When it comes to blood clots, usually we tend to become more aware of their risk when we advance in age. However, while adult blood clots can be caused by a number of factors including high cholesterol, children can suffer from a number of clotting disorders that don’t necessarily relate to exterior factors.
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When a child has a clotting disorder, it is often inherited from their parents, and it doesn’t mean they will encounter a health episode. However, a clotting disorder can still be diagnosed in a young person and treated, so here are 12 things to know about them…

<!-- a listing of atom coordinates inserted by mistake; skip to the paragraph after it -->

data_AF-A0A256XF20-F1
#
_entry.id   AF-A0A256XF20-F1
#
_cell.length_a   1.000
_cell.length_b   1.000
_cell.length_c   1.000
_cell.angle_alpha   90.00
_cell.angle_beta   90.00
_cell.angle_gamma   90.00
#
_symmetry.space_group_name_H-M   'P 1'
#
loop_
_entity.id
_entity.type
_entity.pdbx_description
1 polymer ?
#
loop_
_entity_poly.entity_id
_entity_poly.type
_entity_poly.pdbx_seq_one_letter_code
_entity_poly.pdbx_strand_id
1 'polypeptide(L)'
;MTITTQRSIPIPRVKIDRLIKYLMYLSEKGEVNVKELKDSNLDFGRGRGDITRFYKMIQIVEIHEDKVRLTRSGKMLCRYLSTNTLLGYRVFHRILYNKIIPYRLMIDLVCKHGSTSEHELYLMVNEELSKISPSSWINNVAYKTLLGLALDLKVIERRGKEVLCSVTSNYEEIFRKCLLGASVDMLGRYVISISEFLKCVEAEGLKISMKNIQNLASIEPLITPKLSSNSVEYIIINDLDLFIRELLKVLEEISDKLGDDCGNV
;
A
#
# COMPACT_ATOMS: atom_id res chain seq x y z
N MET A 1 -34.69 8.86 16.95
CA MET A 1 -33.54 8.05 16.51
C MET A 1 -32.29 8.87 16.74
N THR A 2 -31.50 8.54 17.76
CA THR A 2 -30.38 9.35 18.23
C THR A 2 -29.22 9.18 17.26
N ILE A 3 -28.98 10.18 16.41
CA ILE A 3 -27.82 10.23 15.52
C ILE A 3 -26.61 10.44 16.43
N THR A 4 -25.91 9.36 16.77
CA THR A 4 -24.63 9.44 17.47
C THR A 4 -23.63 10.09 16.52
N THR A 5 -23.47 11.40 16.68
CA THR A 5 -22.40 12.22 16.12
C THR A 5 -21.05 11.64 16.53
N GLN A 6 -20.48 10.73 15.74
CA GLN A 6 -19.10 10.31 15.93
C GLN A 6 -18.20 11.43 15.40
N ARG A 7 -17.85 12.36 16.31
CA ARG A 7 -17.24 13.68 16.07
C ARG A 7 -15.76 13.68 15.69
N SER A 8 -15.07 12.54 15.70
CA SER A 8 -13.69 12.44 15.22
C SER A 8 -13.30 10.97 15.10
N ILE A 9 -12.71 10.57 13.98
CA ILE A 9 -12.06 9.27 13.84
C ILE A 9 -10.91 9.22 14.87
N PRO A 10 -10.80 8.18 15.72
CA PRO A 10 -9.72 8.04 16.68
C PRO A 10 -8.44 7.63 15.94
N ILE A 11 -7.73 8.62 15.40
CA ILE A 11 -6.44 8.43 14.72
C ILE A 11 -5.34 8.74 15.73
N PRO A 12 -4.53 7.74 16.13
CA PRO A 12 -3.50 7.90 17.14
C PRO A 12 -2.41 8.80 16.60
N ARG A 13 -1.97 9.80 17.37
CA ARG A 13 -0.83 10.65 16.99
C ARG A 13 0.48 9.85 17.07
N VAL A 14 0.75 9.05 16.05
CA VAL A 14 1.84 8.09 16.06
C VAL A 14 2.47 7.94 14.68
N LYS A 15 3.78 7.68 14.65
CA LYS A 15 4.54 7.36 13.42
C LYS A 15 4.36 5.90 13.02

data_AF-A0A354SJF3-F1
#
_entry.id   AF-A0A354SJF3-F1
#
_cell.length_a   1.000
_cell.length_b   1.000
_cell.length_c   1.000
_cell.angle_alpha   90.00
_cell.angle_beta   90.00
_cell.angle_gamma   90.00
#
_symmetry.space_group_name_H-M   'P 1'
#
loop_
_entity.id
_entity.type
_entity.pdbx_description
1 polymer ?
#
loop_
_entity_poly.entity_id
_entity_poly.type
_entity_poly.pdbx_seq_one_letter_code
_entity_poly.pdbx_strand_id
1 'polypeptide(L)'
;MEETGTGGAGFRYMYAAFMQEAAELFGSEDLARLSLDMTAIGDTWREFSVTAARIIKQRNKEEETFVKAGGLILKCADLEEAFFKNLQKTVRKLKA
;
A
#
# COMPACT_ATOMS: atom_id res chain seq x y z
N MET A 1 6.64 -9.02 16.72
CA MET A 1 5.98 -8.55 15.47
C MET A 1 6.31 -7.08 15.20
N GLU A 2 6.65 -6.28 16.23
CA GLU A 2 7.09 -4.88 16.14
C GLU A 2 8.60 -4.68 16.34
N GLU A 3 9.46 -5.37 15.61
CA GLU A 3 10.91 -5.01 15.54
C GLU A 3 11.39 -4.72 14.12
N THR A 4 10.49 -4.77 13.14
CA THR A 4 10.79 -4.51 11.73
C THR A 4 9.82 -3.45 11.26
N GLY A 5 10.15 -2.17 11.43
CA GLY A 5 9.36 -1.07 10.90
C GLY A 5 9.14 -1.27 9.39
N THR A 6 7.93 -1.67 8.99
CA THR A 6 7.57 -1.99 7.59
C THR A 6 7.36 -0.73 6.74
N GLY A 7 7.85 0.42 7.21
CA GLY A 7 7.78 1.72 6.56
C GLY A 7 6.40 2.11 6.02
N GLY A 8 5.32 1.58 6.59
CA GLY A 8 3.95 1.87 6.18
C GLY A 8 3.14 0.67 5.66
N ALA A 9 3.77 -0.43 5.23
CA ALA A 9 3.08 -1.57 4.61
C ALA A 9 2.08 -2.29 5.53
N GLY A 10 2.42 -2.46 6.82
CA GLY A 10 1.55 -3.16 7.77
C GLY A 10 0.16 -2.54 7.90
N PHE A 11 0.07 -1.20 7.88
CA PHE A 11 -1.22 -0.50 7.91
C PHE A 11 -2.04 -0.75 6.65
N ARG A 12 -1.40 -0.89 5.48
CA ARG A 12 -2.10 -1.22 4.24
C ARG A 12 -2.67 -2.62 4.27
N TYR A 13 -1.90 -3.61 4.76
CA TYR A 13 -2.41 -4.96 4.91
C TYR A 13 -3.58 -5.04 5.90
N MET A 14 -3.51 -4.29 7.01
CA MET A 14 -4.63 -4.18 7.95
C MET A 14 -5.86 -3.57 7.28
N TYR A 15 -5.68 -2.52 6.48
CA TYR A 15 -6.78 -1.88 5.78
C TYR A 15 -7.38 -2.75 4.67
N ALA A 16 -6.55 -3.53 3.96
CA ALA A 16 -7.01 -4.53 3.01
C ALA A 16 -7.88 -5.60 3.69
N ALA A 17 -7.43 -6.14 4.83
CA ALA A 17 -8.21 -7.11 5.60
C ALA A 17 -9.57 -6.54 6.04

1. Defining a Clotting Disorder
Blood clotting disorders are simply defined by St. Louis Children’s Hospital as a group of disorders that cause excessive clotting in the blood.
While blood clotting is an important mechanism in the case of an injury that causes bleeding, clots may also form when there’s no trigger, explains the source. The trouble is that these clots may end up blocking blood passages, which can lead to bigger health troubles.